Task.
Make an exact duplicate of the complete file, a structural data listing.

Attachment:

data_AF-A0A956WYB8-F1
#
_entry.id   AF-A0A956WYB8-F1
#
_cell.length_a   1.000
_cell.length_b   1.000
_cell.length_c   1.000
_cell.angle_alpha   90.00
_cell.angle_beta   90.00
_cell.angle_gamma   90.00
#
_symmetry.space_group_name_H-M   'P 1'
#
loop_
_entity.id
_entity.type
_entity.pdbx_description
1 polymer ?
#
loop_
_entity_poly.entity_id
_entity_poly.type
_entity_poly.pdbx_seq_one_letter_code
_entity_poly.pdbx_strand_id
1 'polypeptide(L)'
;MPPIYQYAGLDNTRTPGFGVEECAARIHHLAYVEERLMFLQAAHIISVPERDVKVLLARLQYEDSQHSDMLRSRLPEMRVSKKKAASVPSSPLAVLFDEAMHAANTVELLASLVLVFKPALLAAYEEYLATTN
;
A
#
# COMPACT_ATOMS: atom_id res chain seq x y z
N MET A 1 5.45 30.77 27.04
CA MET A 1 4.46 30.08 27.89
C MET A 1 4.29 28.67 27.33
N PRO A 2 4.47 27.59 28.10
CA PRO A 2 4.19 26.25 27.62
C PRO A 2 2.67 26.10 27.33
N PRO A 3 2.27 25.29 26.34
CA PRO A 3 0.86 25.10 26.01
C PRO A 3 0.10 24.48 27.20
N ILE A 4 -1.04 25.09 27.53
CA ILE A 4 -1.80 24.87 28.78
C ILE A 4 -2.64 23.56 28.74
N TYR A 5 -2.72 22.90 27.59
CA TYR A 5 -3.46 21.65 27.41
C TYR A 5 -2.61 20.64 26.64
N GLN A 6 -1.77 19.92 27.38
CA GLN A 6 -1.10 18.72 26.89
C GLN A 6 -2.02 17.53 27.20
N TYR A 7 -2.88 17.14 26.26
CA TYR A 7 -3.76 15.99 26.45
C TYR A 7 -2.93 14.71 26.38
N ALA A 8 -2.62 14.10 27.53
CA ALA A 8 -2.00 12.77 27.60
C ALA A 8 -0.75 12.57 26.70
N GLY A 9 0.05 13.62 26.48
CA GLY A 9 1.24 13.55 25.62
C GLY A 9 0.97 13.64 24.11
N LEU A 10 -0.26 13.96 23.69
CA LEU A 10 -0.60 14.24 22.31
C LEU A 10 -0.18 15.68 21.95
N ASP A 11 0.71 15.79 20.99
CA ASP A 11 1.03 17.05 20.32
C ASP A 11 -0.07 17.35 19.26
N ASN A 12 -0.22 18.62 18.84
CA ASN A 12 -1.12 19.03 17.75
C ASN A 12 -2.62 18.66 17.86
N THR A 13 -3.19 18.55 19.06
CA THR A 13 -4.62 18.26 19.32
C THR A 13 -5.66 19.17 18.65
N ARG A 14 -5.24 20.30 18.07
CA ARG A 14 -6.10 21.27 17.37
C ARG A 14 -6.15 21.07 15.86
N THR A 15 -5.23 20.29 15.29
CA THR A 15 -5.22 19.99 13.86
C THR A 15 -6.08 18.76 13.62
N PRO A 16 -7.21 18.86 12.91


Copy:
data_AF-A0A956WYB8-F1
#
_entry.id   AF-A0A956WYB8-F1
#
_cell.length_a   1.000
_cell.length_b   1.000
_cell.length_c   1.000
_cell.angle_alpha   90.00
_cell.angle_beta   90.00
_cell.angle_gamma   90.00
#
_symmetry.space_group_name_H-M   'P 1'
#
loop_
_entity.id
_entity.type
_entity.pdbx_description
1 polymer ?
#
loop_
_entity_poly.entity_id
_entity_poly.type
_entity_poly.pdbx_seq_one_letter_code
_entity_poly.pdbx_strand_id
1 'polypeptide(L)'
;MPPIYQYAGLDNTRTPGFGVEECAARIHHLAYVEERLMFLQAAHIISVPERDVKVLLARLQYEDSQHSDMLRSRLPEMRVSKKKAASVPSSPLAVLFDEAMHAANTVELLASLVLVFKPALLAAYEEYLATTN
;
A
#
# COMPACT_ATOMS: atom_id res chain seq x y z
N MET A 1 5.45 30.77 27.04
CA MET A 1 4.46 30.08 27.89
C MET A 1 4.29 28.67 27.33
N PRO A 2 4.47 27.59 28.10
CA PRO A 2 4.19 26.25 27.62
C PRO A 2 2.67 26.10 27.33
N PRO A 3 2.27 25.29 26.34
CA PRO A 3 0.86 25.10 26.01
C PRO A 3 0.10 24.48 27.20
N ILE A 4 -1.04 25.09 27.53
CA ILE A 4 -1.80 24.87 28.78
C ILE A 4 -2.64 23.56 28.74
N TYR A 5 -2.72 22.90 27.59
CA TYR A 5 -3.46 21.65 27.41
C TYR A 5 -2.61 20.64 26.64
N GLN A 6 -1.77 19.92 27.38
CA GLN A 6 -1.10 18.72 26.89
C GLN A 6 -2.02 17.53 27.20
N TYR A 7 -2.88 17.14 26.26
CA TYR A 7 -3.76 15.99 26.45
C TYR A 7 -2.93 14.71 26.38
N ALA A 8 -2.62 14.10 27.53
CA ALA A 8 -2.00 12.77 27.60
C ALA A 8 -0.75 12.57 26.70
N GLY A 9 0.05 13.62 26.48
CA GLY A 9 1.24 13.55 25.62
C GLY A 9 0.97 13.64 24.11
N LEU A 10 -0.26 13.96 23.69
CA LEU A 10 -0.60 14.24 22.31
C LEU A 10 -0.18 15.68 21.95
N ASP A 11 0.71 15.79 20.99
CA ASP A 11 1.03 17.05 20.32
C ASP A 11 -0.07 17.35 19.26
N ASN A 12 -0.22 18.62 18.84
CA ASN A 12 -1.12 19.03 17.75
C ASN A 12 -2.62 18.66 17.86
N THR A 13 -3.19 18.55 19.06
CA THR A 13 -4.62 18.26 19.32
C THR A 13 -5.66 19.17 18.65
N ARG A 14 -5.24 20.30 18.07
CA ARG A 14 -6.10 21.27 17.37
C ARG A 14 -6.15 21.07 15.86
N THR A 15 -5.23 20.29 15.29
CA THR A 15 -5.22 19.99 13.86
C THR A 15 -6.08 18.76 13.62
N PRO A 16 -7.21 18.86 12.91